“We were staying in the area intending to visit Roman sites but the weather was so frightful that we researched attractions with roofs. One was Innerpeffray library and we were enchanted and impressed with it. It’s an attractive Georgian building in a tranquil, remote wooded setting which houses books from the C17 onwards, on a multitude of subjects, which can be examined in situ or even borrowed. On display were manuscript poems by Robert Burns among others. A knowledgeable and enthusiastic volunteer was on site to give us the history of the place. It really is worth searching out and I wish we could have spent more time there.”


Trip Advisor Review

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Handling the historic books at Innerpeffray 

Settle Down and Read

Explore the beautiful surroundings, but do leave yourself plenty of time to soak in the atmosphere of the old library by settling down with a book to actually spend time reading.

This will transport you into what at first feels like an alternative world – but which is revealed to us as exactly our own world – from another moment in time.

Crieffs Cowches Artist Katy Galbraith



“Almost stumbled upon this place by accident..so glad we did. Greeted by ‘The Keeper of the Books’ who introduced us to the history. We then went upstairs to be hosted by 2 guides who explained everything on display. Upon mentioning our home town they sought out references to it. We spent 90 mins there and we could have spent more. Highly recommended. The true definition of a ‘hidden gem’.”


Trip Advisor Review

A Guided Tour

There are few historical sites that have offered such a strong and tangible taste of history: its experts and curatorship are superb.
Blue Noun English Language School visitors will have a guided tour of the whole site and an introduction to the collection by its staff – including the opportunity to discover antique books relating to their own country, interests or profession.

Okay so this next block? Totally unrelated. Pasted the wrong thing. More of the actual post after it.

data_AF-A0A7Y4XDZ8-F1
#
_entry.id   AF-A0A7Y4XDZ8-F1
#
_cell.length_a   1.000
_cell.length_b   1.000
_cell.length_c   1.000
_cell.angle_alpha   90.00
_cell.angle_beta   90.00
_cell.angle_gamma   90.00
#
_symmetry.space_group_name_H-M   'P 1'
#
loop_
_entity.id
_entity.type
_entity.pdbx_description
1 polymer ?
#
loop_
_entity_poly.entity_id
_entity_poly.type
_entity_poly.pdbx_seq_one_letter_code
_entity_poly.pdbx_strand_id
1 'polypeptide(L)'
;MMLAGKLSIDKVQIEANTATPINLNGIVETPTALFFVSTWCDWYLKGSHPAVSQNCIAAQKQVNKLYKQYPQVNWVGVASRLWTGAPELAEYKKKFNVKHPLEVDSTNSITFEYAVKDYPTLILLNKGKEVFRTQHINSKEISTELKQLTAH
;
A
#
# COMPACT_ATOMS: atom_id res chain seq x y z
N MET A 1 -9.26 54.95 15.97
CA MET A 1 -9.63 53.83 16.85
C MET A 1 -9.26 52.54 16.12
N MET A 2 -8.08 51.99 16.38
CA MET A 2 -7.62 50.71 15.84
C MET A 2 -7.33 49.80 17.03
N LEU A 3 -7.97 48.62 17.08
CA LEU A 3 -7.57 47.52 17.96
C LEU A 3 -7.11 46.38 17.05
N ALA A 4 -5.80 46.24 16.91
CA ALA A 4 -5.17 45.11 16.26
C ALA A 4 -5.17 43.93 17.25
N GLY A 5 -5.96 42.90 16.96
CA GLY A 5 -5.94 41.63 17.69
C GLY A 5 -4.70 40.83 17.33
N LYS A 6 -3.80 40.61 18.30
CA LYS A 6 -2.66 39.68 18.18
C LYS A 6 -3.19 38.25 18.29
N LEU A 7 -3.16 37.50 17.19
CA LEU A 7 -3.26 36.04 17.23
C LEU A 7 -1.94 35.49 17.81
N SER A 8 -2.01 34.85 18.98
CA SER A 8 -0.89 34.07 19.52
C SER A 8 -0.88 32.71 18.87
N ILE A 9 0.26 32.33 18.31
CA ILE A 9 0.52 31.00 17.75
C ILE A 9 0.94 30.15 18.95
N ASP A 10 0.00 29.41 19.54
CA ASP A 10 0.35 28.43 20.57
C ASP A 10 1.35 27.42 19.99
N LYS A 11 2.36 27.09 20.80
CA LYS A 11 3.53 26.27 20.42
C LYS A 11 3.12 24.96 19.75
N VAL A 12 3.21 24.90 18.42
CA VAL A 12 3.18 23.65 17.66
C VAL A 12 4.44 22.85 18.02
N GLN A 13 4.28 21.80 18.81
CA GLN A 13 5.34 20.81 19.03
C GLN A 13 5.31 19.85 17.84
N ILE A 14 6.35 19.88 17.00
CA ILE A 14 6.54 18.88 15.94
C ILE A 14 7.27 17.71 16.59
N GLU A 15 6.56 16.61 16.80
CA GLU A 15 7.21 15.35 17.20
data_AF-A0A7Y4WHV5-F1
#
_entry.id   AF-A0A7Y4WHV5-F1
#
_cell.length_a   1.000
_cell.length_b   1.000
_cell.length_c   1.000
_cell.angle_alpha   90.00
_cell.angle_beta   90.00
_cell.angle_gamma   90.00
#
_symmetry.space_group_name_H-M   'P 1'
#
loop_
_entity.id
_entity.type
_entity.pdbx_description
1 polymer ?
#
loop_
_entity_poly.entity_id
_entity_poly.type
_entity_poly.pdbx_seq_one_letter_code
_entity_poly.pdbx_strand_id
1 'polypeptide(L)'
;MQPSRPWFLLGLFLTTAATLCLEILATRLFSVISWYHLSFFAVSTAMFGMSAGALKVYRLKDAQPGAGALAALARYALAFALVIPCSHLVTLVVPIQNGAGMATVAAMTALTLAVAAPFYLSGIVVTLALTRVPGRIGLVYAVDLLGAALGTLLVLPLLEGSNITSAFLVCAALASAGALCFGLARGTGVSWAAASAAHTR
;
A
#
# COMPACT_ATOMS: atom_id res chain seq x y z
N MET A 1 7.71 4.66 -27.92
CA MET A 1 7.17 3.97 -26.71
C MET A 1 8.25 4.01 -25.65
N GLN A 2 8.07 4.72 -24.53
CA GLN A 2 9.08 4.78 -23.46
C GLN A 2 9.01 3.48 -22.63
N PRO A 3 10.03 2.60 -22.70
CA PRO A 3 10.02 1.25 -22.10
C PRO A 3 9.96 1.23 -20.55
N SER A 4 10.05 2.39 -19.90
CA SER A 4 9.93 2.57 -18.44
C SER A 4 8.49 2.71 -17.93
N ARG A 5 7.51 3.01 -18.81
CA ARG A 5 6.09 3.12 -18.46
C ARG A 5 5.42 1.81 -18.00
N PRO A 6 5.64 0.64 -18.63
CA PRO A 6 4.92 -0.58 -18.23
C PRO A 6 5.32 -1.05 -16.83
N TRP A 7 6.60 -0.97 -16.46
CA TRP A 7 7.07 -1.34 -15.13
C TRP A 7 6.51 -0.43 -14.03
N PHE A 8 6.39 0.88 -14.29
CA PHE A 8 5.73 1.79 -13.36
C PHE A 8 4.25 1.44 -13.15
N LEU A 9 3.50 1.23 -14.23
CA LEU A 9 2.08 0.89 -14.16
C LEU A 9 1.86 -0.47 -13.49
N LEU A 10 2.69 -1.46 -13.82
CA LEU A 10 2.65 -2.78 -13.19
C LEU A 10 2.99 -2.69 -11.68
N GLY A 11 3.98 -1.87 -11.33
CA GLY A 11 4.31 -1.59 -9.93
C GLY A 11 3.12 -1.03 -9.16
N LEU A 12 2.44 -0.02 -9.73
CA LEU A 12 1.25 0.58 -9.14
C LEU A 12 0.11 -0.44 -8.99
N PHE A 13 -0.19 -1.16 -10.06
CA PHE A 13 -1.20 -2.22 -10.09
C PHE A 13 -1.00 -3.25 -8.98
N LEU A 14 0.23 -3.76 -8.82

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Visit Perthshire Drovers Tryst

Innerpeffray Chapel

English Language School Visit | Innerpeffey Chapel


Innerpeffey Chapel is a must see.

If you read this English language School blog, you’ll know we’re big fans of places where you can explore on your own.

It’s not that we’re unfriendly!

There’s just something magical about being alone in a historic space that allows the imagination to flow.

Anywhere that you have to push open a wooden door and enter a space otherwise standing empty and timeless.

Trust me, come and visit us and you’ll get this experience and see!

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Visit Perthshire Drovers Tryst

Innerpeffray Chapel – masonry carving

Artists talk | Roman Remains


As mentioned, Innerpeffray is sited on a ridge of Roman forts that crossed the landscape in a line, their remains still visible. 

This knowledge helps to place the historic library in a landscape of time and populations. 

Exploring one of the forts near Innerpeffray we found chantarelle mushrooms growing. I made this little video as I was impressed by the thought that this little fungus had been part of the Roman soldier’s diet. A real taste in time. 

paint splatter

A Visit to Innerpeffray Library

How this English conversation activity helps your English and positively impacts our community:


✅ Great for mental/physical health

🟠  benefits our local community.

✅ a good introduction to Scottish culture

✅ preserves craft skills, historic machinery, monuments etc.

⭕ supports Scottish industry/agriculture

✅ gets you talking with a rich and diverse selection of people, or about diverse subjects.

🟠 explores Scottish wildlife in non-invasive ways 

⭕ supports arts & artists

✅ financially contributes to preserving culture

✅ is for fun & feeling good in English.

Further Information

Find out more about Innerpeffray Library,  including getting the Library of Innerpeffray’s ‘Book of the Week’. 

If you would like another blog exploring historic Scotland’s built environment, try:

A Language School Visit to Stirling Castle


Scotland’s Best/Worst Soldier?